Valuation of Stocks & Bonds

Valuation of Stocks & Bonds - Valuation of Bonds...

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Long-term debt, preferred stock, and common stock are the major sources of capital for a firm. Bonds I. If a company borrows money in the capital markets, it issues long-term debt securities (bonds) to investors. Bonds are usually issued in denominations of $1,000 (principal amount), which constitutes a promise, by the firm to repay the principal by a particular date (the maturity date) and to pay a specified amount of interest at fixed intervals (usually twice a year). A. Long-term debt can be classified in a number of ways according to the security, repayment provisions and other features. 1. Debt issues that are secured by real estate the firm owns are called mortgage bonds; unsecured bonds are called debentures ( debs). 2. Senior debt issues have a higher priority claim to the earnings or assets of the firm than junior issues. 3. Debt may be subordinated or unsubordinated . In the event of liquidation or reorganization, claims of subordinated debenture holders are considered only after the claims of unsubordinated debt holders. The debt to which a debenture is subordinated varies from firm to firm. B. Special types of long-term debt can be created. 1. Equipment trust certificates are securities used largely by railroads and trucking companies to purchase specific assets such as rolling stock. Technically, the certificate holders own the equipment and lease it to the firm. Oversight and payments are through a trustee. 2. Collateral trust bonds are backed by securities of other corporations. These are used primarily by holding companies that borrow against their interest in their subsidiaries and then re-lend the funds to the subsidiaries. 3. Income bonds promise to pay interest only if the firm has sufficient income. These are not commonly used today. 4. Pollution control bonds and industrial revenue bonds are tax-exempt securities issued by local governments for the benefit of a firm that guarantees the bonds. 1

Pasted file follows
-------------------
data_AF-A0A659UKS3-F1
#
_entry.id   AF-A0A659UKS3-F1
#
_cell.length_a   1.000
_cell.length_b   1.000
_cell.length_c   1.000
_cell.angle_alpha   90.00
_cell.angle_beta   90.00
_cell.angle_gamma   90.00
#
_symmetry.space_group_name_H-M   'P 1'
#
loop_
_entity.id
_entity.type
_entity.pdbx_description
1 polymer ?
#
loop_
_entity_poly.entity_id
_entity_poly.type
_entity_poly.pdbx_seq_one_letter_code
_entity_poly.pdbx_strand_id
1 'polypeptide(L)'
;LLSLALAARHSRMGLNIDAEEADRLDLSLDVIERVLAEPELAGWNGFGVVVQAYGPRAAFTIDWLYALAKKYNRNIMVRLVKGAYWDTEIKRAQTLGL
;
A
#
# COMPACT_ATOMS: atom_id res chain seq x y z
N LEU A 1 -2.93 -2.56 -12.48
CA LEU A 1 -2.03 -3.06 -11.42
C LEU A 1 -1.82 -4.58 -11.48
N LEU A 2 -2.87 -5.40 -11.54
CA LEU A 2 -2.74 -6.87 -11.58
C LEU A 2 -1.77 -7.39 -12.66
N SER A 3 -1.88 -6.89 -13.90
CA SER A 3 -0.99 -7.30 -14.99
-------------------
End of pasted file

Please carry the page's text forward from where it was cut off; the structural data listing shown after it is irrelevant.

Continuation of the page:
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C. Long-term debt contains a number of standard features and common optional features. 1. An indenture is a legal contract between the issuing firm and the lenders, which specifies payment procedures and contains any restrictive covenants intended to enhance the security of the debt issue. Typical restrictions apply to minimum levels of working capital, limitations on dividends, limitations on additional debt, and poison puts. (A poison put allows bondholders to sell their debt back to the company at par value in the event of a leveraged buyout transaction and a downgrade in the credit rating of the debt issue to below investment grade.) Debt covenants are used to resolve agency problems among debtholders, stockholders, and managers. 2.
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Valuation of Stocks & Bonds - Valuation of Bonds...

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